202166%4.28%3.49%
202251%4.38%4.53%

Nerd Statistics

eDGI Family Balance Sheet

Like the last 2 years, I would also like to share some other interesting statistics with you. Everything you read so far was all about our dividend growth portfolio. However, there are still other metrics that generally impact our FIRE journey.

A first example of this is our Shareholder Equity (net worth) on our personal balance sheet. In 2022, this grew overall by 8.4%.

This number is something that shows the true power of our discipline and our focus on wealth growth. Both the stock market and the housing market experienced a tough year, but a conservative approach to both of these seems to add a protection layer to our wealth.

Having said that, this resulted in an improving debt-to-equity ratio of 11.17% compared to 12.7% last year. In other words, we have a pristine balance sheet that is comparable to some of our best subsidiaries, i.e. Microsoft.

Actually, did you know that we could technically be financially independent already if we would sell our house and invested everything back into passive income-generating assets (i.e. dividend growth stocks)?

Yes, this includes the rent we would need to pay as it currently compares to our monthly mortgage payment. How cool is this, right?


FUN Portfolio Metrics

Our portfolio has been growing quite significantly this year as you could read in this report. As an example, we can add a new record to our list, because we received 150 dividend payments this year! This is on average almost a dividend payment every second day!

This year Thursday was the favorite day to receive a dividend payment compared to Tuesday last year. Actually, I prefer Thursdays, because it feels like receiving pocket money just before the weekend starts.

Another interesting portfolio statistic is that 15.5% of cash deployed into the stock market came from reinvesting dividends. This is more than the 12% from 2021 while we heavily increased the level of cash we invested in 2022.


Blog & Social Media Performance

To be honest, it’s not all about the money for us. A large component is also the ability to follow our passions and realize our dreams. Of course, money enables a lot of this but only up to a certain point.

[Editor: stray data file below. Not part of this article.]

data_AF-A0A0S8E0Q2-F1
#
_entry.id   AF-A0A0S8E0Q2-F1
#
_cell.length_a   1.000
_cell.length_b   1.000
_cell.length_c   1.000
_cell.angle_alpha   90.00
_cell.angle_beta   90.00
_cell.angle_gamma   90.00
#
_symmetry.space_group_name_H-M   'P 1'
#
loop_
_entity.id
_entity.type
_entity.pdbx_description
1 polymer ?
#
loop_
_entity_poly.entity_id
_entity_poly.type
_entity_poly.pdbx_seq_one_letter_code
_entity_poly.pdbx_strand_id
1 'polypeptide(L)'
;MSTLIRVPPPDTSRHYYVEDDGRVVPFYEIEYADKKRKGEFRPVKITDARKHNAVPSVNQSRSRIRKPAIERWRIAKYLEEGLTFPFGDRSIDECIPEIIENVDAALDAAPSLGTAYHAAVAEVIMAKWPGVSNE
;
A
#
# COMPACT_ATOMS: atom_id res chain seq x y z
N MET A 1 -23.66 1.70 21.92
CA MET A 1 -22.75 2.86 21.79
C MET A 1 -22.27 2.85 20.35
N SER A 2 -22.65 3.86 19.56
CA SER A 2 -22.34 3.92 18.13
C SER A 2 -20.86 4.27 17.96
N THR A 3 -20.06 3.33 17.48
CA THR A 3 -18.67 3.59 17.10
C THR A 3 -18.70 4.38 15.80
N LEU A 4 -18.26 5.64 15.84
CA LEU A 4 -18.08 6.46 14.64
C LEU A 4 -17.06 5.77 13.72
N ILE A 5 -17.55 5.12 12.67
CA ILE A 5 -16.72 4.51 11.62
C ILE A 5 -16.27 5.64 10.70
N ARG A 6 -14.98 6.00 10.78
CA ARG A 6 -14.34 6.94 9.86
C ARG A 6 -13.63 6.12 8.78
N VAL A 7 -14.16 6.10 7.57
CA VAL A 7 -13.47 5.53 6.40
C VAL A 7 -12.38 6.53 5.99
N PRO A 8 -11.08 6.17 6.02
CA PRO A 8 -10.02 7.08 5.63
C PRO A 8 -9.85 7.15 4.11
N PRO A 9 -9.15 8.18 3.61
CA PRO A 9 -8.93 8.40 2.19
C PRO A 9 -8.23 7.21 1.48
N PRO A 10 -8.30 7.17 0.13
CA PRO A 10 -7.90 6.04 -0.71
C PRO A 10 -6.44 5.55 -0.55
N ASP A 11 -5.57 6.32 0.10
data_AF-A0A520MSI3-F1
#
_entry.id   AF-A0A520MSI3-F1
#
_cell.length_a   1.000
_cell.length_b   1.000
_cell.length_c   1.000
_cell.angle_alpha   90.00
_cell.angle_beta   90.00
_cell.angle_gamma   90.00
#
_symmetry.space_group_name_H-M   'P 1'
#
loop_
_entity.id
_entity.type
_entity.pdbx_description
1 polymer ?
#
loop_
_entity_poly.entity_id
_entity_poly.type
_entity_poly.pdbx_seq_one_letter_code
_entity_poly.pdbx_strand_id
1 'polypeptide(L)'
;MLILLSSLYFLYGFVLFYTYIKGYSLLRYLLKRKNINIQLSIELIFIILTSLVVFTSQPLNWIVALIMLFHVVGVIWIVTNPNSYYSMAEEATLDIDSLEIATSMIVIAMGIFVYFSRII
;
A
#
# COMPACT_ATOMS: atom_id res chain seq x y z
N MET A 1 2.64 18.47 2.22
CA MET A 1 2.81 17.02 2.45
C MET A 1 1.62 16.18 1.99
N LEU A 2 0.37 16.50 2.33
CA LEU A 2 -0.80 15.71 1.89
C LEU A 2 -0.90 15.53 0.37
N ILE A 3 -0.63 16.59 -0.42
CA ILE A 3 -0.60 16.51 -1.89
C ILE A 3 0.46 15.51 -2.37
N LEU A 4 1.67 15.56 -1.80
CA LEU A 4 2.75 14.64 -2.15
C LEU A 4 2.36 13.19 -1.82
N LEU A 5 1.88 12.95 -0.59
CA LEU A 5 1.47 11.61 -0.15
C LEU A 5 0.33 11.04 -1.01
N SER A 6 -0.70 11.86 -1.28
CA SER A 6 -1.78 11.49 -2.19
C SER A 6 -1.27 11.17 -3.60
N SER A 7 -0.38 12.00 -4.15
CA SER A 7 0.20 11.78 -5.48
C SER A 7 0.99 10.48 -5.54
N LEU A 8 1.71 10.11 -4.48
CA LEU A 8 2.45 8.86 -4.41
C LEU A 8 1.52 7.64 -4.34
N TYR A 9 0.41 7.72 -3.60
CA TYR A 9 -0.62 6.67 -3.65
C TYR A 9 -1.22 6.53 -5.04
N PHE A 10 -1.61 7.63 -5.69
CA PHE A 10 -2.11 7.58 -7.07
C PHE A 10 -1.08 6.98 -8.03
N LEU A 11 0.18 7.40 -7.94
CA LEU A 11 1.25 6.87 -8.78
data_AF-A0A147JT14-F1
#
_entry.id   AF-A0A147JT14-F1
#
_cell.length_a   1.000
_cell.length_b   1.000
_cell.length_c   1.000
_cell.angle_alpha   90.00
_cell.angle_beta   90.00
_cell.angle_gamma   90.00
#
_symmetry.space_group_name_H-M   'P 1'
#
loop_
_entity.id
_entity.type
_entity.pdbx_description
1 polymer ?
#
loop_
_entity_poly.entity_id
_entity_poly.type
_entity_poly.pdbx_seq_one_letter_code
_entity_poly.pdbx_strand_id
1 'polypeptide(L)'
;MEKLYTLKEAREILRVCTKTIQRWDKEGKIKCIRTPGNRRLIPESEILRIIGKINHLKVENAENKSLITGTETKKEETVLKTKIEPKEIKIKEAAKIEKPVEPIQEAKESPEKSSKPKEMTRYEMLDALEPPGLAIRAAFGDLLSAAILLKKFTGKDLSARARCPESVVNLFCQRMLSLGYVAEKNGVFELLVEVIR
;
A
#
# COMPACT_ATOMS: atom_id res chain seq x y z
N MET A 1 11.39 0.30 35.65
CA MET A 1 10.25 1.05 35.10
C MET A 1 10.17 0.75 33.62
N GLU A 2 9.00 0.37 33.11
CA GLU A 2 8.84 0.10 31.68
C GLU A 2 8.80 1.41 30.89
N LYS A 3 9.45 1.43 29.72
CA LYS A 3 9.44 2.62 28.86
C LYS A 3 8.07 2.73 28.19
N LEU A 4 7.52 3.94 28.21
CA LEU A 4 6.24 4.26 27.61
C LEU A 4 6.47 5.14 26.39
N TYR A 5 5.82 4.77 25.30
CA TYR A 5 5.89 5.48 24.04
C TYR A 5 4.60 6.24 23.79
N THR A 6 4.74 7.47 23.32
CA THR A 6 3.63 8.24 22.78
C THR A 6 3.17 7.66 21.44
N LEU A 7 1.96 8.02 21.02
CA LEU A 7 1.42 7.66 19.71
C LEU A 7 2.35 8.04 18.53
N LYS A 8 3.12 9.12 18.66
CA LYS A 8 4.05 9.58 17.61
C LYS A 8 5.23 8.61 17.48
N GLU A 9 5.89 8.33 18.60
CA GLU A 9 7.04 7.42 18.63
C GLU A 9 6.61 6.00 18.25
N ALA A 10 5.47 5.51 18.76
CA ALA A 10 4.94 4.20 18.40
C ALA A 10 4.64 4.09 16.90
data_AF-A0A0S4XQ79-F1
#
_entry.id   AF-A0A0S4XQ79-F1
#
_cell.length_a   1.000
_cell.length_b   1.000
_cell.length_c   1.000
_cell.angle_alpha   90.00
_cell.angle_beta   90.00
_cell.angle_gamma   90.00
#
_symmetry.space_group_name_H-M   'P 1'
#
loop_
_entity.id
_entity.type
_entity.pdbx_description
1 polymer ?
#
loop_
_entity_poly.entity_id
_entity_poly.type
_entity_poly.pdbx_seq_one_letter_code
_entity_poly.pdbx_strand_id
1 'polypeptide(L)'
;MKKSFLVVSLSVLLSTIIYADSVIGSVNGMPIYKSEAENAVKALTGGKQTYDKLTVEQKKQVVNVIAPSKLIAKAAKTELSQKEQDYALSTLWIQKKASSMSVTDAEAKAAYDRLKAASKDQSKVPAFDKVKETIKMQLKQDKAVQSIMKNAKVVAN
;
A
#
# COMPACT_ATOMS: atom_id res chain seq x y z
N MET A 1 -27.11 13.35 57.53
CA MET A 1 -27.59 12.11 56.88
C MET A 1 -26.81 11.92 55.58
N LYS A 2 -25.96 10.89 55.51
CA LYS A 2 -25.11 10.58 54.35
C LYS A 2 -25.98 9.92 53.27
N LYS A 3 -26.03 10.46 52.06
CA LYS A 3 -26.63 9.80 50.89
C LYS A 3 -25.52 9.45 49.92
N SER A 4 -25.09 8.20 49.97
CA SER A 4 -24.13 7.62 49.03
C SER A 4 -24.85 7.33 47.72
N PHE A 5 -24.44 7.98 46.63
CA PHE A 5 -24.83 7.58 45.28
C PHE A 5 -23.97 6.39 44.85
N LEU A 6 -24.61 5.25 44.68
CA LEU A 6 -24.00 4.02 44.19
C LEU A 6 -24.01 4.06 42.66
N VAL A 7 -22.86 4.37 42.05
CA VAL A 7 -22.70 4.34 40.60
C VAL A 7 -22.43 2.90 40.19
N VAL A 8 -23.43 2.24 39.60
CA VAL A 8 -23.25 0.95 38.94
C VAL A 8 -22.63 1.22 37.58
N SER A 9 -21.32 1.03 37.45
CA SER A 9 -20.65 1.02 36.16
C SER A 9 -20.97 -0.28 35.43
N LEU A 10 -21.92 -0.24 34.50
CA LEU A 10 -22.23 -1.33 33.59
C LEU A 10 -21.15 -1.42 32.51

Having said that, one of my biggest passion is definitely anything dividend growth investing related. Other big passions of mine are spending time with my wife and kids and playing football with my teammates.

However, another passion that I only discovered during the pandemic is sharing my investing-related knowledge. I tell you, if you would’ve asked me this back in 2019 then I would’ve officially declared you crazy.

But here I am writing to you, 3 years later. It just tells me that we have so many hidden passions that we simply need to discover. Having an open mind and the courage to experiment is probably all we need.

But how many of us are actually doing this?

Are you the kind of parent that forbids their kid to jump in a puddle of water afraid that we will need to clean their clothes afterward? Or are you the kind of parent that allows them to do this and actually nurtures their curiosity to figure out how nature works?

It really makes you think right?

Anyway, all I’m trying to say is that we should never forget to live our life. Memories are created now, and you can’t borrow them from the future.


That being said, let’s have a look into my key metrics for the different social media channels which are focused on audience growth.

Honestly, these numbers continue to amaze me! The growth on Twitter and the Facebook Dividend Talk group is simply amazing. Those two channels are truly life-enriching because I really enjoy the direct interaction with you.